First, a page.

Fake news, Finland's struggle is a model to copy

Fake news, Finland's struggle is a model to copy

Fake news

In Finland, the fight against fake news began in 1950. In the postwar period, before television and the internet, the country had launched a media education program in schools to teach students how to approach news read in newspapers or heard on the radio. The tradition has continued to this day: already in 2002 the Helsinki Ministry of Education promoted classes in media literacy and cybersecurity that protect Finnish readers from disinformation. Today, trust in journalism is 70% in Finland, the highest percentage in Europe, while in Italy it stands at 35% according to Reuters data. Finland is one step ahead in the fight against fake news and has much to teach other European states, threatened by the growing spread of fake news on social media.

Paivalehdenmuseo Press Museum, Helsinki

Fact-checking on tv

“The national core curriculum for early childhood education and care, pre-primary education and basic education encompasses transversal areas of expertise called multi-literacy and technology 'information and communication ”, explains Laura Mäkelä, consultant to the Finnish Ministry of Education and Culture. The goal is to educate citizens to treat what is read on the internet with caution. By doing so, people of all ages have a better chance of participating in society and culture; furthermore, media education takes place with a broad approach thanks to educational actions that promote media literacy skills.

"The ministry supports the development of media literacy and media education pedagogies through the allocation of resources and the development of legislation", adds Mäkelä during a series of meetings for the European Erasmus + program, from title Stop Fake News - how to recognize true from false news, organized by the Order of Journalists of Liguria. The week of workshops and conferences in Helsinki made it possible to transfer Finnish skills to Italian journalists. "Recent measures include the new literacy development program (2020-2022) in the development of the right to learning to support the teaching of media literacy, ICT skills and programming skills" , explains the expert.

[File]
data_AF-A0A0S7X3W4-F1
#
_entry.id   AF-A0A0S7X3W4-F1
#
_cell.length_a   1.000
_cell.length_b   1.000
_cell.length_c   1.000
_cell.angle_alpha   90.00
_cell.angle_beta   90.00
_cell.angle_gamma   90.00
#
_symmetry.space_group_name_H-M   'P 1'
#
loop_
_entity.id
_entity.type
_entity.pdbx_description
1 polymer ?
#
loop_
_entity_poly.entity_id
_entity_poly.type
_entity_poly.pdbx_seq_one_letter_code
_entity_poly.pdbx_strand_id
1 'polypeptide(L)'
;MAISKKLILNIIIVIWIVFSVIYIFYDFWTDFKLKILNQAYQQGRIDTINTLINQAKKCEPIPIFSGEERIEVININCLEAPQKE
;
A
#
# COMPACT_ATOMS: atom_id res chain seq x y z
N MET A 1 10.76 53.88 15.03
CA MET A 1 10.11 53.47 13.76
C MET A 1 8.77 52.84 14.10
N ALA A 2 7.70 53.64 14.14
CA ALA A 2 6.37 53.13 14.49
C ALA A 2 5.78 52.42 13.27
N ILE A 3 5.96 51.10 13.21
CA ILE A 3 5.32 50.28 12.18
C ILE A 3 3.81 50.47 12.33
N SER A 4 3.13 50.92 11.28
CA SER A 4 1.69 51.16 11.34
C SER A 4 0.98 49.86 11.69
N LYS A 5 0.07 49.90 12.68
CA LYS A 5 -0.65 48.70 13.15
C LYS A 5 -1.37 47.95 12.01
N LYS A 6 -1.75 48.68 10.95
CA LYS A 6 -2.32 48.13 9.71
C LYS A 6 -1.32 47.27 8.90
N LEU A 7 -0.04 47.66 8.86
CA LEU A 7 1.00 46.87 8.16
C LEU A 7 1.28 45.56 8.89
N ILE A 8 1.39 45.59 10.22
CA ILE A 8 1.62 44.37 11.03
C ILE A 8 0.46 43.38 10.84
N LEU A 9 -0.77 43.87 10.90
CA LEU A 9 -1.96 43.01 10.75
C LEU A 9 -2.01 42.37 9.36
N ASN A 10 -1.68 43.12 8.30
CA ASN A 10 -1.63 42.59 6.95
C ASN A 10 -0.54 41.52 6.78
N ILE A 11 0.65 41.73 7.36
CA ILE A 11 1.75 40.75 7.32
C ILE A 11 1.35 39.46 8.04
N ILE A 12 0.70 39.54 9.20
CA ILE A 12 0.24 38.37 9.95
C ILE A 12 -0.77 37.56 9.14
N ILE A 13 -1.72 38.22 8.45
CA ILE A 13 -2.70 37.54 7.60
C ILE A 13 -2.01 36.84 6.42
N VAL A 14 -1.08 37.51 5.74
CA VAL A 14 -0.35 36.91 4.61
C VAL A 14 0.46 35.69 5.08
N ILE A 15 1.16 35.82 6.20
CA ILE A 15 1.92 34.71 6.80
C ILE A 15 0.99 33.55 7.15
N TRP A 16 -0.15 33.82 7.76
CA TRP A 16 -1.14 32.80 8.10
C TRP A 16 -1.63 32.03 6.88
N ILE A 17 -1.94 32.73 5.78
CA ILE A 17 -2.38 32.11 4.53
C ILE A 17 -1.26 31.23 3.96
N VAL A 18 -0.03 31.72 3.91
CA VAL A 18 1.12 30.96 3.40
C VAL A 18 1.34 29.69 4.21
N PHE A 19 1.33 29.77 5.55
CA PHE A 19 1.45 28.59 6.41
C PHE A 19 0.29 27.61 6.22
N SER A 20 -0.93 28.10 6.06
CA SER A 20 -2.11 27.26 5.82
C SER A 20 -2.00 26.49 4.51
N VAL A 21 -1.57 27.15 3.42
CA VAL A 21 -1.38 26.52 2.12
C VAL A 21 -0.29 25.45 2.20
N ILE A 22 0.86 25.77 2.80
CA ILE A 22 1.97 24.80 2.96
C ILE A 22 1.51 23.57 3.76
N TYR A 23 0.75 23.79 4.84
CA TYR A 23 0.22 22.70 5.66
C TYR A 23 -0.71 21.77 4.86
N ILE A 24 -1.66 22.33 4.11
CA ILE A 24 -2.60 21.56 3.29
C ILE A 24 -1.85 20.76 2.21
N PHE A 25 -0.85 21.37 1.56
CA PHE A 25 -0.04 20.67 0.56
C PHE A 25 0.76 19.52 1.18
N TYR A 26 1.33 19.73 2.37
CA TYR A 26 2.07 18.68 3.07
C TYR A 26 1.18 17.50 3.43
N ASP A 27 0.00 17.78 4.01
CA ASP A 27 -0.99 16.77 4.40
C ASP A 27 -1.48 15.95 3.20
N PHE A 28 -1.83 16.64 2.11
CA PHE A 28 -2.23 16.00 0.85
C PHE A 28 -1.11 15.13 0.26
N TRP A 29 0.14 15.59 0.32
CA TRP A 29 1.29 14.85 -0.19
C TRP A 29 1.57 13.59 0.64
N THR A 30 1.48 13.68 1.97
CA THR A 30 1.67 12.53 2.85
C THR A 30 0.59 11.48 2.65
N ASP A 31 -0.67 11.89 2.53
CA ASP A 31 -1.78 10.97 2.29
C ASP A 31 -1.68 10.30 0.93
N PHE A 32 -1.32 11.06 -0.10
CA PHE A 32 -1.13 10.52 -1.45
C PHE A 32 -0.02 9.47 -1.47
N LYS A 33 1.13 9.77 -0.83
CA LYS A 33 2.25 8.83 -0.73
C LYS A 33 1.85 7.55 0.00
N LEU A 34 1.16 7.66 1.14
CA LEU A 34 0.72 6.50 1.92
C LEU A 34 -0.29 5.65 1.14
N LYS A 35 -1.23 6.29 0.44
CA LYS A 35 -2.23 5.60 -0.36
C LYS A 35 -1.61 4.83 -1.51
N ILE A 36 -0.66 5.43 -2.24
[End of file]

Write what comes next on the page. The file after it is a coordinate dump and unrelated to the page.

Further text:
Content This content can also be viewed on the site it originates from.

Faktabaari is a Finnish news verification and computer literacy service. Since 2014, it has regularly contributed to the circulation of fact-based information with innovative projects and fact-checking analyzes. This is a service available to Finnish citizens to check the news read on the web and via social media. The proximity of Russia makes Finns even more alert. "Hybrid interference or hybrid warfare refers to interference in the affairs of another state that combines intelligence operations with traditional military and economic means of influence and coercion," says Faktabaari's Petra Piitulainen-Ramsay.

Other Helsinki associations such as Mediapooli and Kavi, as well as the national television Yle Tv and the newspaper Helsingin Sanomat, promote initiatives and courses to teach all citizens to recognize false news. “We are not here to serve the government, but for the benefit of the audience - says Timo Huovinen of Yle TV -. The News Class program is aimed at school students aged 13 to 16. Students produce news and learn media literacy. Pupils from all over Finland take part in 19 regional news stations. ”

Media Literacy Week Program (Kavi)

At school against fake news

All Pupils in Finnish schools have lessons on teaching techniques and methodologies for media literacy. “Sometimes a mate of mine shows me a video on TikTok and I point out that it's not a true story. I don't know if I'll be a journalist, but the media literacy course is useful for understanding how social media really work ”, explains one of the pupils of the primary and secondary school in Hiidenkiven, on the outskirts of Helsinki. The concept of media literacy in schools includes skills on how to evaluate media and produce your own content.

According to Julia Alajarvi, head of the Kavi association, which created the week of Media Literacy Week events in Finnish schools: “Misinformation and issues such as fake news have been on the agenda for years. We have now created critical thinking skills in most citizens. Media literacy is much more than fighting against disinformation: we must strengthen citizens' conviction for democracy and justice, for a peaceful society ”. Thanks to forward-looking laws, Finland is an example to follow in the fight against disinformation, an increasingly important aspect in the digital age.

Powered by Blogger.